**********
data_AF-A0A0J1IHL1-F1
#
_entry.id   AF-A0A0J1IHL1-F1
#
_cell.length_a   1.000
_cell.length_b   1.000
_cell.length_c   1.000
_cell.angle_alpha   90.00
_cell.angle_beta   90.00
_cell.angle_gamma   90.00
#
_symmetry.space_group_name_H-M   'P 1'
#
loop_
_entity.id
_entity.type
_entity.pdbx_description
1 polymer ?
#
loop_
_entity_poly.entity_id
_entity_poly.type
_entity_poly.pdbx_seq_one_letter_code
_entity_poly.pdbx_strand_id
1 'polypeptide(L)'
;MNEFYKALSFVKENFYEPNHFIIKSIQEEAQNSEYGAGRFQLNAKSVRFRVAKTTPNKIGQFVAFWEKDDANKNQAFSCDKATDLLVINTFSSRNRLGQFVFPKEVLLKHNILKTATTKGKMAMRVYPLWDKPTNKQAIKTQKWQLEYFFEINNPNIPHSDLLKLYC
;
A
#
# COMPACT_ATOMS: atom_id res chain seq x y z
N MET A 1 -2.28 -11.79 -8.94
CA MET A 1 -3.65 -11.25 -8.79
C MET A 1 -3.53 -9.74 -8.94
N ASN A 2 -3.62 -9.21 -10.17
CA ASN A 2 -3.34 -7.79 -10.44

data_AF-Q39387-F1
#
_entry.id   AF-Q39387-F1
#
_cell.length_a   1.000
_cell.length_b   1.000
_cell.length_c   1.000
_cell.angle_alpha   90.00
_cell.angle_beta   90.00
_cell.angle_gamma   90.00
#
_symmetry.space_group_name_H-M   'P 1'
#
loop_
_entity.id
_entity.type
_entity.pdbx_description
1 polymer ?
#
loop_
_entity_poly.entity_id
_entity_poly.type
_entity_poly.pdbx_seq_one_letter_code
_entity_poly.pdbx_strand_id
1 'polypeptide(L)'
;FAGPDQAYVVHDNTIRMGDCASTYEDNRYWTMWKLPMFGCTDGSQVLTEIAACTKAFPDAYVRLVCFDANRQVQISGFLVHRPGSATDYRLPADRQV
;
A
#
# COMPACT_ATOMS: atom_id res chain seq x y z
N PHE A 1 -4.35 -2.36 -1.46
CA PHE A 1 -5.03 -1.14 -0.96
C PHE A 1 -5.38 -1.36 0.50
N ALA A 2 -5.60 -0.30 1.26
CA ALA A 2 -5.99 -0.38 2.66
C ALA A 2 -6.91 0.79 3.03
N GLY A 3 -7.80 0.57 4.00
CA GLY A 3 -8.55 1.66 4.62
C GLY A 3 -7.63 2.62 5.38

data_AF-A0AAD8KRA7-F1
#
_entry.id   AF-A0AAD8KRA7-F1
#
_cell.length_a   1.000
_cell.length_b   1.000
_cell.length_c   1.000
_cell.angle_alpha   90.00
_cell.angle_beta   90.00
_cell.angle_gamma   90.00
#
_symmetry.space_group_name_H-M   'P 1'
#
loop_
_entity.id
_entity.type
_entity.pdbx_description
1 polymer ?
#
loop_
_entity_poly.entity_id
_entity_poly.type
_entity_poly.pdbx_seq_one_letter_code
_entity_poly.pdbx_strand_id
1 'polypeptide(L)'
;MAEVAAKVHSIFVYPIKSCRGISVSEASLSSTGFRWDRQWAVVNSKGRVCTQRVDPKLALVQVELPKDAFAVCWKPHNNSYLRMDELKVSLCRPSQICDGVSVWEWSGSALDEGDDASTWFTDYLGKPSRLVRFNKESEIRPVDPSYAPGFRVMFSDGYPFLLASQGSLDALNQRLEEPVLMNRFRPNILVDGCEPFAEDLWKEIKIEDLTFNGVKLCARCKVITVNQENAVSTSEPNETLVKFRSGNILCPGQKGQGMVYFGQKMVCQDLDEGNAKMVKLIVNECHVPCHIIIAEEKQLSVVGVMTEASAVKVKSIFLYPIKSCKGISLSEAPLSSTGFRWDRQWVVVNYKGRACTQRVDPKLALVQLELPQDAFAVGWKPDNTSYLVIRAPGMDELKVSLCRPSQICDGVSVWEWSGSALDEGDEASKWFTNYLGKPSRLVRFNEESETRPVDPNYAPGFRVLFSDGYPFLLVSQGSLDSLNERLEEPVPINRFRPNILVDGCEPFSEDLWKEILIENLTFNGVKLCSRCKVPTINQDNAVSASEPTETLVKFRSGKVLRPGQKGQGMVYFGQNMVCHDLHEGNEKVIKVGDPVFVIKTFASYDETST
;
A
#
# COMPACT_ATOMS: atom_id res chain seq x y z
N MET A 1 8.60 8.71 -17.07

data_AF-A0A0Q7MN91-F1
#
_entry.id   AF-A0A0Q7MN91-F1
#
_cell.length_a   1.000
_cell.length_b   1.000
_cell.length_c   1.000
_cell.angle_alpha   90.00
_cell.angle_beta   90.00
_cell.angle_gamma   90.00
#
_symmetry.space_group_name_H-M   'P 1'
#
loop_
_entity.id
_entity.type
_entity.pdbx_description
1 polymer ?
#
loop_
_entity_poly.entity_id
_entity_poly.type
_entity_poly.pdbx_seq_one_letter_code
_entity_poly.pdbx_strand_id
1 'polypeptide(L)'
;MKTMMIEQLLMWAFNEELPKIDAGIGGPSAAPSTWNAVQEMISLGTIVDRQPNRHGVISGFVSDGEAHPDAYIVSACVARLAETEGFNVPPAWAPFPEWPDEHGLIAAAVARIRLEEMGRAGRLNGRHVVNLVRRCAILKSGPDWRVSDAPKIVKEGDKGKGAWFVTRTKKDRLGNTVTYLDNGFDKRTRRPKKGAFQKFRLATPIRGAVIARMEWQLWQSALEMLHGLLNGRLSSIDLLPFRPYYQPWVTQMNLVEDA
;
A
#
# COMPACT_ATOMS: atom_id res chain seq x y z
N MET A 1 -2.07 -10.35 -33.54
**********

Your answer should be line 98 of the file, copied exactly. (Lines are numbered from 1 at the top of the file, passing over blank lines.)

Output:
_entity_poly.pdbx_strand_id